• 180 items Explore
  • 7 items
  • 8 items
  • 92 items
  • 10,594 items Explore
  • 3,567 items Explore
  • 2,645 items Explore
  • 4,766 items Explore
  • 22 items
  • 45 items
  • 1 items
  • 6,883 items Explore
  • 4,791 items Explore
  • 271 items Explore
  • 2,303 items Explore
  • 2,581 items Explore
  • 3 items
  • 1,822 items Explore
  • 53 items
  • 223 items Explore
  • 446 items Explore
  • 5,862 items Explore
  • 8,840 items Explore
  • 1,851 items Explore
  • 5,748 items Explore
  • 3,347 items Explore
  • 10,571 items Explore
  • 86 items
  • 11 items
  • 2,600 items Explore
  • 7 items
  • 24 items
  • 51 items
  • 3 items
  • 1 items
  • 1 items
  • 2,293 items Explore
  • 620 items Explore
  • 62 items
  • 17 items
  • 151 items Explore
  • 1 items
  • 85 items Explore
  • 1 items
  • 464 items
  • 9 items
  • 997 items
  • 3,603 items Explore
  • 5 items
  • 9,406 items Explore
  • 48 items Explore
  • 4 items
  • 42 items
  • 3 items
  • 13,717 items Explore
  • 1,189 items Explore
  • 92 items
  • 10,568 items Explore
  • 1,008 items Explore
  • 1,959 items
  • 6,041 items Explore
  • 21 items
  • 12,949 items Explore
  • 1,386 items Explore
  • 5 items
  • 9,561 items Explore
  • 2 items
  • 16,148 items Explore
  • 4 items
  • 1,670 items Explore
  • 175 items
  • 58 items
  • 5,734 items Explore
  • 8,522 items Explore
  • 48 items
  • 25 items
  • 2 items
  • 59 items
  • 3 items
  • 7,384 items Explore
  • 1 items
  • 438 items Explore
  • 13 items
  • 4 items
  • 3 items
  • 6 items
  • 4 items
  • 104 items Explore
  • 7 items
  • 5 items
  • 479 items
  • 183 items Explore
  • 8,406 items Explore
  • 55 items
  • 23,971 items Explore
  • 7,292 items Explore
  • 5 items
  • 26 items
  • 3,461 items Explore
  • 339 items
  • 9 items
  • 326 items Explore
  • 12,667 items Explore
  • 55 items
  • 20 items
  • 7 items
  • 4 items
  • 315 items Explore
  • 451 items
  • 184 items
  • 3,640 items Explore
  • 27 items
  • 1,226 items Explore
  • 2,173 items Explore
  • 732 items Explore
  • 36 items
  • 1,146 items Explore
  • 97 items Explore
  • 42 items
  • 248 items Explore
  • 71,215 items Explore
  • 1 items
  • 3,063 items Explore
  • 2,822 items Explore
  • 28 items
  • 3,321 items Explore
  • 1,095 items Explore
  • 4 items
  • 16,904 items Explore
  • 5,549 items Explore
  • 7 items
  • 624 items Explore
  • 85 items
  • 468 items
  • 39 items
  • 76 items
  • 29 items
  • 340 items
  • 3 items
  • 41 items
  • 1,177 items Explore
  • 109 items
  • 805 items
  • 32 items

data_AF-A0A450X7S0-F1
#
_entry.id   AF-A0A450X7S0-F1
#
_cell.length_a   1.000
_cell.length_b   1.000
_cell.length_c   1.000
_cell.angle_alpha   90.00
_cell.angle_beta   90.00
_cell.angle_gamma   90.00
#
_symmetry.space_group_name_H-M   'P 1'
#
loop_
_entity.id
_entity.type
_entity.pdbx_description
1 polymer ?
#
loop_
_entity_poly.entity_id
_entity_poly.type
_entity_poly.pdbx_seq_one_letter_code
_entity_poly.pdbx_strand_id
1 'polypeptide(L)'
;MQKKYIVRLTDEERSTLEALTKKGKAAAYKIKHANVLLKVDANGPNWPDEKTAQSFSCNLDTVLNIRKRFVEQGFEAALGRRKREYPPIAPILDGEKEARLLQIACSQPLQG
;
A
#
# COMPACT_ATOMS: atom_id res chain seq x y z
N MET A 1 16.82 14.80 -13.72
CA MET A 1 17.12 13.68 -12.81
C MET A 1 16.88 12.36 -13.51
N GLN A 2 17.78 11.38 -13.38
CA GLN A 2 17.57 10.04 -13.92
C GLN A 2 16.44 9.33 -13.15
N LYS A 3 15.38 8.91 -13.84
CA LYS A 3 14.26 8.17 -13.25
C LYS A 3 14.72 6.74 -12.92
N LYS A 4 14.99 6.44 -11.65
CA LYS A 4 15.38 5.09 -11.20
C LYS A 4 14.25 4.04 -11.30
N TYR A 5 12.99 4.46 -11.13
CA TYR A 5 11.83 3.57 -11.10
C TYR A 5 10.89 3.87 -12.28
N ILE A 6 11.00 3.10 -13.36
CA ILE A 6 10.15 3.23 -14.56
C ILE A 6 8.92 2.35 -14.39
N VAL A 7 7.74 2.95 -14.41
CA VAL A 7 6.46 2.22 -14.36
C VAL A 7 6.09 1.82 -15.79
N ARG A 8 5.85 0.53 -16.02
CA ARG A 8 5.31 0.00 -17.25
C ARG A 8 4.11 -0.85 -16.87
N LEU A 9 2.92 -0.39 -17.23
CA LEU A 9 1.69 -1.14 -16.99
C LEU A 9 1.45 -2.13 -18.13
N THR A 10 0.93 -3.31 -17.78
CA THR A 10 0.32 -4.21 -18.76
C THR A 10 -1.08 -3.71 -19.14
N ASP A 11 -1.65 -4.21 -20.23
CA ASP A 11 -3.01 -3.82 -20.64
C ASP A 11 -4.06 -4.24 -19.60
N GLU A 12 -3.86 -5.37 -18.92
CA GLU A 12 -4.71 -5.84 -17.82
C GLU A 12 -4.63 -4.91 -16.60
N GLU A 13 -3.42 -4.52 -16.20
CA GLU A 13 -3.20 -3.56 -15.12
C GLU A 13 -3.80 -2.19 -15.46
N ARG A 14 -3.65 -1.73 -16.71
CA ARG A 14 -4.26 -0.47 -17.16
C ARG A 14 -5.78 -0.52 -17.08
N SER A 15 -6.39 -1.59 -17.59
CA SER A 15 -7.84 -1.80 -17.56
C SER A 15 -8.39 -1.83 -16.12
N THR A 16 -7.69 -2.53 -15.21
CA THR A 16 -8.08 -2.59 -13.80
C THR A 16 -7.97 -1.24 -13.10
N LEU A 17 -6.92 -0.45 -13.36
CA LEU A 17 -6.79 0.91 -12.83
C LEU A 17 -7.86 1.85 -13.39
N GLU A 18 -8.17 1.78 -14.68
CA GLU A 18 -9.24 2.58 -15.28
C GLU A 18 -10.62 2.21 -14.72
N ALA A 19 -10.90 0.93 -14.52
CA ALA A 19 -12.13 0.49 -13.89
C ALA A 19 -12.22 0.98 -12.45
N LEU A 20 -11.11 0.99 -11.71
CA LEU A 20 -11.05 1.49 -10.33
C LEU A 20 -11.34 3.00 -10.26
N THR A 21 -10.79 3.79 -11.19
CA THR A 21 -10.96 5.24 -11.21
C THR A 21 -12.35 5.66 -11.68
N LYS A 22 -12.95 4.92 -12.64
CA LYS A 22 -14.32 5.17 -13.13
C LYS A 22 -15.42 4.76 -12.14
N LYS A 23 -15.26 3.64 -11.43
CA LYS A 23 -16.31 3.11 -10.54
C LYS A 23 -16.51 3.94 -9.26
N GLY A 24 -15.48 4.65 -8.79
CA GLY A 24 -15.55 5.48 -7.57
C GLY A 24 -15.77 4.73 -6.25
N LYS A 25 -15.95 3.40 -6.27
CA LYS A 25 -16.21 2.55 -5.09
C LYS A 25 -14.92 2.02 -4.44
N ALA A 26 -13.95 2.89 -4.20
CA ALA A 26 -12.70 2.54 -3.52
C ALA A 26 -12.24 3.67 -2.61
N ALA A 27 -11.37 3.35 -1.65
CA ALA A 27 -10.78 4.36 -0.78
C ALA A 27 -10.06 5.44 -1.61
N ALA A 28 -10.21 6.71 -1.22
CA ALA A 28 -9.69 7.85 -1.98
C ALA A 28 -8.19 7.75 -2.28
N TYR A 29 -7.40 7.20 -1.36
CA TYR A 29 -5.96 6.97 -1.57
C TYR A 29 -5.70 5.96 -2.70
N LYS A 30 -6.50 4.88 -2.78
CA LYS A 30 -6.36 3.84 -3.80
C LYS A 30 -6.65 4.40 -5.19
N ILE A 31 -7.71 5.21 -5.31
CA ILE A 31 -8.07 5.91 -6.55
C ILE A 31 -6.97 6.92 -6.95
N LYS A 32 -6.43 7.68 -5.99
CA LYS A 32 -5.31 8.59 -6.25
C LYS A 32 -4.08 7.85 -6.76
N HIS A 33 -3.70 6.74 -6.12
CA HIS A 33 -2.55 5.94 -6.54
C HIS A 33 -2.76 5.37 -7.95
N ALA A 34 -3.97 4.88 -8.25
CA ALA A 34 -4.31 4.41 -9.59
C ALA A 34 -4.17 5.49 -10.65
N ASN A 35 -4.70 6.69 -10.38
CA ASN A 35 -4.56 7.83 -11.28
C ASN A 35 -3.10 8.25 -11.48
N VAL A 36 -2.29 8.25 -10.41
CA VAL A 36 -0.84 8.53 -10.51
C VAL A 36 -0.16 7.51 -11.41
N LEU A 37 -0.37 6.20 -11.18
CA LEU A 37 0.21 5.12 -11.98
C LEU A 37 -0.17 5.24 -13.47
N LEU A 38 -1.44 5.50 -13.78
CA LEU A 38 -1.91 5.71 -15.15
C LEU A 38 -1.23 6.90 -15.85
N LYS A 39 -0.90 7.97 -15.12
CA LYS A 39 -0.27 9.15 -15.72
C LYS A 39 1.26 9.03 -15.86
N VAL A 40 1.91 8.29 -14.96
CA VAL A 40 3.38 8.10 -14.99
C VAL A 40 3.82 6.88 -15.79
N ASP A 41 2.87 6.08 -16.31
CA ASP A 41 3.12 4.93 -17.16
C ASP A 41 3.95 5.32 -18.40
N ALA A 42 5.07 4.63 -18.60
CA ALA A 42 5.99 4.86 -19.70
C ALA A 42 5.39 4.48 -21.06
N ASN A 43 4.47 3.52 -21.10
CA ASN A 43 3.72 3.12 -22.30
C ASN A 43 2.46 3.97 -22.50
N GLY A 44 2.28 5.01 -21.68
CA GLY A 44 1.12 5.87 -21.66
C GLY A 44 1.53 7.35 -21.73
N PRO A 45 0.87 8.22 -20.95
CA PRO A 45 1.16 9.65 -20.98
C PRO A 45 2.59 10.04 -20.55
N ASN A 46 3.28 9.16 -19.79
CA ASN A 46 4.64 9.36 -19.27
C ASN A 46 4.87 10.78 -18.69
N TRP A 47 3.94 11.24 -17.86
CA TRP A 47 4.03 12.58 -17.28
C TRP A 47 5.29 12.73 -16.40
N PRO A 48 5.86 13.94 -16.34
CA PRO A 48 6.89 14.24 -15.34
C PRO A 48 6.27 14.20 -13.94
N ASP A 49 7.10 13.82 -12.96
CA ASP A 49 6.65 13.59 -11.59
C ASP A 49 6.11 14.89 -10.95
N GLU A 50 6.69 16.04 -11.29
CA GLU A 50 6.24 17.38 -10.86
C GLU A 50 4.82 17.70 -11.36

• 10,719 items Explore
  • 27 items
  • 13 items
  • 1,467 items Explore
  • 1 items
  • 266 items
  • 16,201 items Explore
  • 78 items
  • 17 items
  • 1 items
  • 10 items
  • 6 items
  • 324 items
  • 2 items
  • 628 items Explore
  • 1,594 items Explore
  • 1,035 items Explore
  • 2 items
  • 263 items

Select a time period

Or choose a specific year

Clear all filters

Lady Louisa Jane Russell, Duchess of Abercorn (1812-1905) with her Daughter Lady Harriet Georgiana Louisa Hamilton, later Countess of Lichfield (1834-1913)

Sir Edwin Henry Landseer RA (London 1802 - London 1873)

Category

Art / Oil paintings

Date

1834 (monogrammed and dated)

Materials

Oil on slate

Measurements

356 x 254 mm (14 x 10 in)

Place of origin

England

Order this image

Collection

Shugborough Estate, Staffordshire

On show at

Shugborough Estate, Staffordshire, Midlands, National Trust

NT 1271075

Caption

Landseer seems to have snatched up a panel and made this sketch spontaneously, not leaving himself room for the whole of the Marchioness's head. He subsequently began, but never completed, a more elaborate version on copper (Tate). The artist had a uniquely informal relationship with the highest echelons of the Whig aristocracy, but particularly with the 6th Duke of Bedford and his much younger second wife, Georgiana, daughter of the 4th Duke of Gordon. This is just one of a succession of portraits and fancy pictures that he painted of their two youngest daughters.

Summary

Oil painting on slate, Lady Louisa Jane Russell, Duchess of Abercorn (1812-1905) with her Daughter, Lady Harriet Georgiana Louisa Hamilton, later Countess of Lichfield (1834-1913) by Sir Edwin Henry Landseer (1802-1873), signed bottom right: The Doune 1834 E.L. Portrait of a young woman, seated with a baby on her knee, holding a rattle in her right hand.

Full description